Thursday, May 17, 2012

Sculpture with Fanonian roots

...and at the theoretical foundations of the After Math© project.... Frantz Fanon...

At the core of After Math©, reside the theories and concepts of psychiatrist, philosopher and revolutionary Frantz Fanon (July 20, 1925- December 6, 1961). Fanon (1952) in his book titled Black skin White masks unpacks the devastating psychological consequences of colonialism and broader, racially oppressive political regimes. He coins a key concept referred to as the “colonisation of the mind” and identifies a resulting neuroses i.e. “black neuroses”.  “Colonisation of the mind” is the process whereby the colonised, due to broader political racial inequalities, is violently dispossessed of physical, material and cultural effects (Hook, 2004b: 88). The empowered coloniser and the disempowered colonised settles into what Fanon refers to as a “psycho-existential complex”. For the colonised the elimination and degradation of all forms of wealth, manifests psychologically as distaste, subordination and inferiority.

 As such, Fanon (1952) argues that the “black neuroses” is caused by an elimination of black/native culture and its replacement by the favoured Eurocentric culture as the only standard or model to aspire to. In other words, the self loathing aspect of the oppressed identity is forged by the coloniser. Fanon’s “black neuroses” refers to the black man’s[1] aspirations to be accepted by the coloniser; or even to become the coloniser.  Hook (2004a) extends this condition to the South African context in the following quote: “apartheid may be considered a particular extension or variation of the basic politics and conditions of colonialism”.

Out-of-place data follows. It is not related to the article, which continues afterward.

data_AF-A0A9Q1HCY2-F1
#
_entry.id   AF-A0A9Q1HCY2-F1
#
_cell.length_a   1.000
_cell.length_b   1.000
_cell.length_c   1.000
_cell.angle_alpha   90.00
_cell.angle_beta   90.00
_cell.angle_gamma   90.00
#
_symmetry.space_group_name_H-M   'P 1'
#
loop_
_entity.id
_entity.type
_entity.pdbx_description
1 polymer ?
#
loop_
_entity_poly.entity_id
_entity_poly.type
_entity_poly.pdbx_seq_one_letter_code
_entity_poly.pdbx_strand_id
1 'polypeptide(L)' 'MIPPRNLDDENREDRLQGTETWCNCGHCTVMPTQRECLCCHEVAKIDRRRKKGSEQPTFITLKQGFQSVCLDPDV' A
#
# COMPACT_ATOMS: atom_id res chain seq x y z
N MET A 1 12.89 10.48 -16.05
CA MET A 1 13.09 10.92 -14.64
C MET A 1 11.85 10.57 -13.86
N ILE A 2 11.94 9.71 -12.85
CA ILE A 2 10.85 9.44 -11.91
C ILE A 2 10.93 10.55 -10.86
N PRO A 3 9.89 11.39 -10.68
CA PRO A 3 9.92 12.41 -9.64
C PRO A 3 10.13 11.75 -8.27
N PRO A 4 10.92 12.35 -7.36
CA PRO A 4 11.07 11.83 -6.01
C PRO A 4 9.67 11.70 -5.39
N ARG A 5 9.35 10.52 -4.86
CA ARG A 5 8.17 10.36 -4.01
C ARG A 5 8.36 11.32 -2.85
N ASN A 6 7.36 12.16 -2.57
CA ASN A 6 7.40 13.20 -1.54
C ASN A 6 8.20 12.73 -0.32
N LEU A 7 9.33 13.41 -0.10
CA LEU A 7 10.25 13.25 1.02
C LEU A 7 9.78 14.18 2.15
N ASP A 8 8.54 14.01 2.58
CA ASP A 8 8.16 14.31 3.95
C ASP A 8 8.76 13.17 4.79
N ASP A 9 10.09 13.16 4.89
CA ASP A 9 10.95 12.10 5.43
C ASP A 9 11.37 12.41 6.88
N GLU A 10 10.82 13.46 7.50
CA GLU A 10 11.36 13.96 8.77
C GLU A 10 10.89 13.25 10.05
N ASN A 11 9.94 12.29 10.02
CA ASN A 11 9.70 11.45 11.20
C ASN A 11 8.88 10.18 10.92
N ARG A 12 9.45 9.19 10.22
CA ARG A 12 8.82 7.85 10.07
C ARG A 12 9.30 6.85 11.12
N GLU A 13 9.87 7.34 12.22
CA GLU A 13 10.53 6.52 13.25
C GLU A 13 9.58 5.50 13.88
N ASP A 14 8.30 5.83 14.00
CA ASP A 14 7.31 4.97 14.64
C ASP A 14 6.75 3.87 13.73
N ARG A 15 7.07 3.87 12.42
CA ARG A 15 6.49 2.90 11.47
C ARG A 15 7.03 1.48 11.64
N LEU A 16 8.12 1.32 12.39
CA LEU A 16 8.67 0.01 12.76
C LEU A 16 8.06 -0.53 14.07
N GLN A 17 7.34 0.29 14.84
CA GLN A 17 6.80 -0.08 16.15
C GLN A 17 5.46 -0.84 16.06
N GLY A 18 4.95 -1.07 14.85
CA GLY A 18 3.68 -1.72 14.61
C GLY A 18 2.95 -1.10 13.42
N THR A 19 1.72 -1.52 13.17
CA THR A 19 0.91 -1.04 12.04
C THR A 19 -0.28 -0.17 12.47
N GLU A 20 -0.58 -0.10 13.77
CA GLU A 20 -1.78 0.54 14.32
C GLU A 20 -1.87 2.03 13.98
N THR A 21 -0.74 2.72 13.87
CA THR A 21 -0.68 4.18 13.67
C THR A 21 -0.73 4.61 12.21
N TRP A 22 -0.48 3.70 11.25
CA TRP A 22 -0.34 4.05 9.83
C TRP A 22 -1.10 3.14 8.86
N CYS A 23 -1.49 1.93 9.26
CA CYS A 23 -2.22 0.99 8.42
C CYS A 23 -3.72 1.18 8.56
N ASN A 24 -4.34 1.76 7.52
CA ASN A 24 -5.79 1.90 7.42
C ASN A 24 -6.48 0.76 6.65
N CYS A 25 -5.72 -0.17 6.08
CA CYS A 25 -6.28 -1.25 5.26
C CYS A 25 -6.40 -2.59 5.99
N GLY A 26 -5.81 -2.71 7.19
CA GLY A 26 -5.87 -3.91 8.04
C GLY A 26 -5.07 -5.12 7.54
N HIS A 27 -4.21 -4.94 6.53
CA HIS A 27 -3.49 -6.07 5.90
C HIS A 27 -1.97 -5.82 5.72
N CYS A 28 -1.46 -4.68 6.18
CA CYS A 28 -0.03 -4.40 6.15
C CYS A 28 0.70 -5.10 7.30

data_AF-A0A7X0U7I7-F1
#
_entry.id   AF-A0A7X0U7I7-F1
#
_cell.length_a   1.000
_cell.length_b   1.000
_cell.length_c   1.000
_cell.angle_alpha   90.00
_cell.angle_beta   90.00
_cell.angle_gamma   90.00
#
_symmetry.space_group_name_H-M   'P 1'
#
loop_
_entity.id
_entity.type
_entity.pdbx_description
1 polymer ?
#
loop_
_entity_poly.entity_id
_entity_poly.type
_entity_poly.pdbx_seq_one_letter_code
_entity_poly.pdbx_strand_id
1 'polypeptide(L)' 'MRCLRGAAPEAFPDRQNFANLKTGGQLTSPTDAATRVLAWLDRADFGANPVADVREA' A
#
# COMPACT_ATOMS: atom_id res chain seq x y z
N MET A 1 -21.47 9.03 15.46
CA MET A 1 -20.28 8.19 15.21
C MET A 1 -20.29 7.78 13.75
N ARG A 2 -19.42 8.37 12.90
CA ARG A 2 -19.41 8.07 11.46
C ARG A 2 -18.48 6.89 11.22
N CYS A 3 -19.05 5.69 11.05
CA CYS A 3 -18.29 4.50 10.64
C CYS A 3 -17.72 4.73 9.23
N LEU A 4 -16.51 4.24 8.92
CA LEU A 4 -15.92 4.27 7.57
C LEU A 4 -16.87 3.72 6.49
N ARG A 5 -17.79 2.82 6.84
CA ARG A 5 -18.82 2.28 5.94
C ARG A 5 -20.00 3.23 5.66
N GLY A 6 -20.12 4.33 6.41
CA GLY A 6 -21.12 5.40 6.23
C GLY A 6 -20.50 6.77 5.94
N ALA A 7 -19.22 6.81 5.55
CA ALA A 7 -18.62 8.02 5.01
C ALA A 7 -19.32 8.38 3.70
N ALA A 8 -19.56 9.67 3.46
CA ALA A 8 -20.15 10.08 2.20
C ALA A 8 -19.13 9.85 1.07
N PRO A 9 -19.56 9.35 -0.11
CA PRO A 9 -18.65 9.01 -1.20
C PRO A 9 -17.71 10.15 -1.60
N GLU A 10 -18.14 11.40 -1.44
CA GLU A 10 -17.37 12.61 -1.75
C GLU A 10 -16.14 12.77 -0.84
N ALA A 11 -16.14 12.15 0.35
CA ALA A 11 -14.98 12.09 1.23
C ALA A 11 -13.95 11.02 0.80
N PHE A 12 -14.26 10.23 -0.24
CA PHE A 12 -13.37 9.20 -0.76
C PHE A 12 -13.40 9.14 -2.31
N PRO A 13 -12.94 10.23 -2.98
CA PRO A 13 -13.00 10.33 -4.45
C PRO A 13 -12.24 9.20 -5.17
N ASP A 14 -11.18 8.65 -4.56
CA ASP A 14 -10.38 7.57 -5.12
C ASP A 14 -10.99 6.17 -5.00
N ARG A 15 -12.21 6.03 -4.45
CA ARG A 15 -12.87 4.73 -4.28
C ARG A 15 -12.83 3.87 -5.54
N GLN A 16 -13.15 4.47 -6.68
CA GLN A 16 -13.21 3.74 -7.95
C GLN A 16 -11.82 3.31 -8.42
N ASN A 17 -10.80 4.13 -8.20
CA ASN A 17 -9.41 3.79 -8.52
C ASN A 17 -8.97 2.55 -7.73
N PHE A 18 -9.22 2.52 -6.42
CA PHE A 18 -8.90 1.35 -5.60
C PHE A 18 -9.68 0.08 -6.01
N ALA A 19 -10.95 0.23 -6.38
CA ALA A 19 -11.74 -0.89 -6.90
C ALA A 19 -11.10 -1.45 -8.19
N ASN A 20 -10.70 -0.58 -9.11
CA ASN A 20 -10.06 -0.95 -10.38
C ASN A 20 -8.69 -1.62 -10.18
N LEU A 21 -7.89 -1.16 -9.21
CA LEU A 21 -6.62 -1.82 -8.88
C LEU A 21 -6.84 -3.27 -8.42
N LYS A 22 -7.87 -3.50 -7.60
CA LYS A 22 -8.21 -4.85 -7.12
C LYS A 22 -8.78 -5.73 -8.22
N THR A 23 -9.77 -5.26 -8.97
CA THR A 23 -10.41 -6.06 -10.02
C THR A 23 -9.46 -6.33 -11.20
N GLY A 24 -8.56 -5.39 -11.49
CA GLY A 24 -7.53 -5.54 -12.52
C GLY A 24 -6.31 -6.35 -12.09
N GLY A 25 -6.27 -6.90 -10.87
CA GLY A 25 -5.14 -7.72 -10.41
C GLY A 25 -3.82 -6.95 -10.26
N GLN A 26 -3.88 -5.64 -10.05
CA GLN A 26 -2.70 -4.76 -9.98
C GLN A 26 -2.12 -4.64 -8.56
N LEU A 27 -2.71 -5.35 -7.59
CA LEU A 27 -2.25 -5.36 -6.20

He refers to Bertoldi (1998) who claims that the basic constructs of colonialism i.e. politics and conditions, apply to apartheid. In a similar way, the South African “black neuroses” becomes a variant of the original Fanonian condition.

As previously introduced, the After Math© project is a sculpture, video work and performance based social intervention that explores temporality, wounding and consequence. The project aims to contribute to post-colonial and post-apartheid discourse by visually unravelling, unpacking and tackling the process of wounding, inscription on the physical and mental body; as well as its aftermath. It proposes to explore the after affects of racial discrimination within a South African context through the process of narrative re-enactments which manifests here as sculptural installations, video work and performance art. The project through its major outputs aims to critically engage the viewer around the subject of temporality, wounding and its consequences.